Graduate students consider unionization

Douglas Rojas

More than 20 University graduate students from several departments joined together Thursday in observance of a “National Day of Action” to raise awareness and support for efforts to unionize graduate students on campus.
Members of the Graduate Student Organizing Congress distributed literature and collected signatures for a petition at several sites on the Twin Cities campus. The goal was to get the word out to other graduate students and members of the community to encourage support for a graduate student union.
The main purpose of national organizers was to find out what concerns other graduate students have about their working conditions and to explain the benefits a union might bring.
“It can really be a very productive thing,” said Matt Basso, a graduate student in American Studies and a member of the congress. A union, he said, “will give us a voice in how decisions are made regarding either graduate students and even larger issues.”
According to Basso, the University often makes decisions affecting graduate students without consulting with them. Basso cited a cap administrators last year placed on the number of credits for which graduate teaching assistants can be reimbursed.
A union would address issues of job security, excessive workloads, fair wages that reflect the amount of work of graduate students, and improvements on health coverage, Basso said.
Currently, some graduate teaching assistants find out whether they will be teaching courses in a given quarter only after the quarter has begun. Basso said that situation makes it hard for graduate students to plan their own work and academic schedules.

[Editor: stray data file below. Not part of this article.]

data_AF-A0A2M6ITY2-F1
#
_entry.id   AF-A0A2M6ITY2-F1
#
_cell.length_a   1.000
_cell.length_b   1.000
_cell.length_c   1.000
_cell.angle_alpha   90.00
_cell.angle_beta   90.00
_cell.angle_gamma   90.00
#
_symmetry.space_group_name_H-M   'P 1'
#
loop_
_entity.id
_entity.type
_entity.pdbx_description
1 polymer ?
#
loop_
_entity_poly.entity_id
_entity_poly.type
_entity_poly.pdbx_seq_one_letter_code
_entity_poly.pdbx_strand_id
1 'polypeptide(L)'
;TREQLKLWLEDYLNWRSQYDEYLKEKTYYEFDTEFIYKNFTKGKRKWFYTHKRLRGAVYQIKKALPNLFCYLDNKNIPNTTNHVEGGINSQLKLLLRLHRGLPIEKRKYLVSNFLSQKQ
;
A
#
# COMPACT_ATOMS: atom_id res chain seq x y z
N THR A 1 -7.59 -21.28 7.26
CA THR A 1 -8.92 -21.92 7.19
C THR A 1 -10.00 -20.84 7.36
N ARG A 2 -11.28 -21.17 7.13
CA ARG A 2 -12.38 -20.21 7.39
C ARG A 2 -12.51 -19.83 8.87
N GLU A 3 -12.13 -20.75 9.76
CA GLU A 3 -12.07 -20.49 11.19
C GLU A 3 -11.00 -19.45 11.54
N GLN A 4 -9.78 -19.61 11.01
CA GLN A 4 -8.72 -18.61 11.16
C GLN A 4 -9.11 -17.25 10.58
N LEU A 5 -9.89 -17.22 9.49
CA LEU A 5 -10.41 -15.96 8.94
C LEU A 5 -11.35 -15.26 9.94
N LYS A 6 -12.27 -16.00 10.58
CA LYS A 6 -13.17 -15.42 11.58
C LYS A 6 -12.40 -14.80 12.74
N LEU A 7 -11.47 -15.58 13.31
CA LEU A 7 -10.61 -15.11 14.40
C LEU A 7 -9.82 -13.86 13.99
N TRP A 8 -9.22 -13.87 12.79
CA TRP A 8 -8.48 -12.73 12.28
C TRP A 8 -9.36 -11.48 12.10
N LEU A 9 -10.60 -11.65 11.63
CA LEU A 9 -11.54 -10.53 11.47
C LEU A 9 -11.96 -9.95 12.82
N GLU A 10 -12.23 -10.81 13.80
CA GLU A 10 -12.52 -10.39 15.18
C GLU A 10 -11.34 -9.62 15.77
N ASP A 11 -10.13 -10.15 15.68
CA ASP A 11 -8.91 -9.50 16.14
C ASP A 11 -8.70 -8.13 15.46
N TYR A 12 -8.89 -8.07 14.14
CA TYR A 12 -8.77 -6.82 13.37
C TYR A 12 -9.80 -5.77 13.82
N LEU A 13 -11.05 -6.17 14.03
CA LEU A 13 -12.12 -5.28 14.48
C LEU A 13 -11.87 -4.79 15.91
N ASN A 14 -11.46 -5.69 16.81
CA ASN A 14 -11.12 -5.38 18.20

About 40 percent of the classes at the University are taught by graduate students, and their salaries vary between departments. A union would seek to establish an equal salary distribution among graduate students, Basso said.
During the day’s events, reaction to the idea of a graduate student union fell across a broad spectrum, said Todd Michney, a graduate student in History and a congress member.
“Most people were at least willing to talk to me for a second,” Michney said. “Very few people said ‘no way,'” he said.
Matt Hansen, a graduate student in mechanical engineering, said it might be true that graduate students don’t get fair pay, but experience and knowledge are the most important rewards that graduate students receive. Hansen is concerned that a union might change graduate students’ relationships with advisers and undergraduate students. Nevertheless, he said, “I would like to know more details about it.”
In 1991, graduate students held a union election and turned down unionization. Today’s union advocates said the ’91 election turned too much on the issue of health benefits, so when the University granted improved insurance to graduate students, the union had little support.
During nation-wide observance, more than 30 campuses across the United States joined in a protest to show their support for graduate student unions.
There are currently 12 legally recognized graduate students unions in the country, including those representing graduate students at Yale and the University of Michigan.
Students at Michigan joined in the national observance, even though they already have a union. “We want to show our support for schools that are forming unions,” said Darcy Leach, a Michigan graduate student and national press coordinator for the Coalition of Graduate Employee Unions. “Most people don’t know what’s going on with university graduate students,” she said.
Officials of the coalition, which represents graduate students employee unions, said they have heard in recent months from at least 20 campuses wanting to start unions.